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21 April 2021

Stop! Are You Romanticising Self-Care?

What is self-care? Self-care can be defined as doing whatever you need to stay happy and healthy. It can be exercising three times a week, hanging out with friends and relatives during the weekend, or just simply being a homebody. The self-care routine is different for everyone and it doesn’t need to cost anything. 

As times change, social media has depicted the ideal self-care routine with bubble baths, luxurious skincare routines, and so on. THIS is the romanticisation of self-care.

#1. So what does self-care really mean?

 

There are different types of self-care such as emotional, physical, and spiritual. Emotional self-care can be saying “No” to people or things that cause discomfort and stress, practising self-reflection, and accepting your flaws. Physical self-care may be consuming nutritious food, having an exercise routine that you can stick with, and going on walks or a hike. Spiritual self-care is slightly tricky but it’s very helpful for your well-being in the long run. This can include meditating, practising yoga, and spending time in nature to absorb the oxygen and sunlight into your body. 


My favourite self-care routine that I’ve been practising as my indoor and quarantine activity is meditating as it calms my mind for the entire day. Besides that, I also exercise 2-3 times a week to maintain my physical health. I also like to hike with my friends during the weekends and have dinner with my family. In short, self-care is a lifelong journey comprising activities, no matter how big or small they might seem. You achieve small goals that require mistakes and improvement along the way that benefits so much in the future.

#2. How is self-care being romanticised?

 

In the past, self-care to me meant shopping, expensive skincare, and going out every weekend. It seemed normal to me that self-care is big and expensive. Romanticisation means glamourising. Glamourising self-care can lead you down a rabbit hole further in life if you overspend on luxurious meals, lush bubble baths weekly, and purchasing unnecessary items (unless of course you’re able to afford them without feeling the pinch). 

Yes, while splurging on expensive pampering goods can bring you joy, it’s only temporary. When you equate self-care to spending more money, your mind may go “Oh, it costs so much but it will make me happy.”, which can be a slippery slope to overspending. The idea of pampering yourself on some days is fine but it shouldn’t break the bank. Remember that self-care is also the small things that you can do every day.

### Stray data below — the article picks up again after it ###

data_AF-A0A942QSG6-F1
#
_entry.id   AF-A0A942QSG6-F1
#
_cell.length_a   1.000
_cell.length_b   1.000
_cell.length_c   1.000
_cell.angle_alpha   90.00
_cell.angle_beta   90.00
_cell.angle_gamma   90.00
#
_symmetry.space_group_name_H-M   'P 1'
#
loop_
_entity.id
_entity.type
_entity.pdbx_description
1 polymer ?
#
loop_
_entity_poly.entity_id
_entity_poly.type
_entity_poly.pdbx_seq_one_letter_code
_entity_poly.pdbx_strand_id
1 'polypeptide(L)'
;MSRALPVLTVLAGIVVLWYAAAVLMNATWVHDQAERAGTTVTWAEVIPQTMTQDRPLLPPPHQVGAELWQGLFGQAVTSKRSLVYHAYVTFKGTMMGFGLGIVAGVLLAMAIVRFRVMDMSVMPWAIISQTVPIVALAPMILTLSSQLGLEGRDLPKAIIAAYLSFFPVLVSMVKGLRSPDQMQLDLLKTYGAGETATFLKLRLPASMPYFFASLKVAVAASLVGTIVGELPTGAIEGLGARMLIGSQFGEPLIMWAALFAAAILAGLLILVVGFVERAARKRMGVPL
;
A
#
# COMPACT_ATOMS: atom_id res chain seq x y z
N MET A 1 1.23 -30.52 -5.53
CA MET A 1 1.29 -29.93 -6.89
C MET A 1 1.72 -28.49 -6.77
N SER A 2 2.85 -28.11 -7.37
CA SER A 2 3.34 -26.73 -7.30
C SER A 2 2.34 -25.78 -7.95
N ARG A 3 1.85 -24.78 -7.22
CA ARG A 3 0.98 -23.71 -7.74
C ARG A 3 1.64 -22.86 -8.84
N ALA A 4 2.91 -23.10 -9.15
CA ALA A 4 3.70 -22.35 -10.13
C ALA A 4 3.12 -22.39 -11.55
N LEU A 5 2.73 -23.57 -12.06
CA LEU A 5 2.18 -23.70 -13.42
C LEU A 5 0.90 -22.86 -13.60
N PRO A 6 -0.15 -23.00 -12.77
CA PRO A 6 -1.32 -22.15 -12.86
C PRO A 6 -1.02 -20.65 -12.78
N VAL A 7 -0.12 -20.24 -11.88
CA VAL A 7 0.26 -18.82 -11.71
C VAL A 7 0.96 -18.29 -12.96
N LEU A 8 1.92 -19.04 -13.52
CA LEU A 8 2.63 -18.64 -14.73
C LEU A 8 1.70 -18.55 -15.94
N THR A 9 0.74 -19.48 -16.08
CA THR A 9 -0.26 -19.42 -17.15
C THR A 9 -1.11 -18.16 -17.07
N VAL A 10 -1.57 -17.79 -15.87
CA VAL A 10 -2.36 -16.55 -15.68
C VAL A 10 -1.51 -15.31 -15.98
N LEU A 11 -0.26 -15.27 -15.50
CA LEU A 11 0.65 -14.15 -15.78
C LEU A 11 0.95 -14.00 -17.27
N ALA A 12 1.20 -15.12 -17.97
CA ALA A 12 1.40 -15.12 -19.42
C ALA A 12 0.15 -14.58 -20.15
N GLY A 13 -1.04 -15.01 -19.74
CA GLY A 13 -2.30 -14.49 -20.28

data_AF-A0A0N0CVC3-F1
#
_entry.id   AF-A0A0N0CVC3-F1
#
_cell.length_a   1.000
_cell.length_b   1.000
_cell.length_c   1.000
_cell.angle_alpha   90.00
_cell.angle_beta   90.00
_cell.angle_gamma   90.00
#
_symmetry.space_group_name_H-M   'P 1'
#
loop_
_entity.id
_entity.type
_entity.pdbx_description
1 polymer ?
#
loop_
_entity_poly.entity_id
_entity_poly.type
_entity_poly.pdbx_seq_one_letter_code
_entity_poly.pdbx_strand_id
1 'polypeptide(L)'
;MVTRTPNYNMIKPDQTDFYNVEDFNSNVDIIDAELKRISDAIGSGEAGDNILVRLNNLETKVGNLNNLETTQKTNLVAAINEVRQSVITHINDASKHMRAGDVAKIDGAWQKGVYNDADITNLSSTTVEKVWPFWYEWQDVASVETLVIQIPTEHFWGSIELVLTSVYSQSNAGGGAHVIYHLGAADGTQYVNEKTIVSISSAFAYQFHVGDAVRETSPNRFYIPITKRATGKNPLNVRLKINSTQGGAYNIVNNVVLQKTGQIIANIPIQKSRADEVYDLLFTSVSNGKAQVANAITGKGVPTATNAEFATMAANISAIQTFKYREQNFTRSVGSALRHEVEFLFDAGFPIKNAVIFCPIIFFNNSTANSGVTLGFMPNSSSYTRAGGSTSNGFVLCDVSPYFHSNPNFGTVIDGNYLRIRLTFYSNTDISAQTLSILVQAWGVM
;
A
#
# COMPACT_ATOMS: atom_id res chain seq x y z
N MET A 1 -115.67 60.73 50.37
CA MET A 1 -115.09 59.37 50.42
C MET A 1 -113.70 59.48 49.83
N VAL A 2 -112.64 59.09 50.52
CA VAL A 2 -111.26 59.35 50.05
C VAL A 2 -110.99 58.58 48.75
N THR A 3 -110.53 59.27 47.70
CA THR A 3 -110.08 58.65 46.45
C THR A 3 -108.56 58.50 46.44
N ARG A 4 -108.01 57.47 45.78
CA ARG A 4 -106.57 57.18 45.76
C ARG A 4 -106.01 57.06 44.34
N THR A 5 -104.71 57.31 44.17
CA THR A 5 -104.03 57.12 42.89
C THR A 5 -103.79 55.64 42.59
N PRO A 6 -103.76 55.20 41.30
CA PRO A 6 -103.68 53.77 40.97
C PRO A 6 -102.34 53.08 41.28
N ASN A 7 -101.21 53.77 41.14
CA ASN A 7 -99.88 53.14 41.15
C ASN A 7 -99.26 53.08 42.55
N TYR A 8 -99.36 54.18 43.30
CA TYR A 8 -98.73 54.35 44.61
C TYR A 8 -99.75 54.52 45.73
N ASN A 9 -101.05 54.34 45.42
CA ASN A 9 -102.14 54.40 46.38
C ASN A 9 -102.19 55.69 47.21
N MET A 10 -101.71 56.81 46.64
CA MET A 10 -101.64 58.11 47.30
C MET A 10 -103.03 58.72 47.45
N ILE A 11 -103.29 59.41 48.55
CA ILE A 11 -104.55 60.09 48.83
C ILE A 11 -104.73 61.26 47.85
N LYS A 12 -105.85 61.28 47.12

#3. How can you avoid romanticising self-care?

 

Not romanticising self-care means doing the opposite of it. Don’t overdo things until it becomes an obsession. For example, learn to differentiate between your wants and needs. Your wants could be purchasing that new Nike shoes when you don’t actually need them as you already own 3 pairs of shoes. Perhaps all you need is a comfortable pair which doesn’t have to cost a bomb. 

When you’re able to understand the differences, it saves a lot of your money. Next, what you see on Instagram doesn’t always show the reality of self-care. Instagrams’ depiction of self-care is often deemed as a luxurious experience as it captures more attention from the audience. Truth is, the reality of self-care is to take time to tend to yourself mentally, physically, and emotionally. It’s having the patience to know your whole self, accepting your flaws, taking time to keep up with your workout routine, and perhaps consuming nutritious meals.

Now that you understand more about the romanticisation of self-care, why not sit down and think a bit about your idea of self-care? Have you been romanticising self-care routines? Do you need to fix and reshape your routine? 

Don’t beat yourself over it. I understand that self-care isn’t easy but as long as you’re willing to improve, you’re good in the long run!

Vanessa Chan is currently pursuing Foundation in Arts at Taylor's College. She is also interested in poetry, fiction, and tea.

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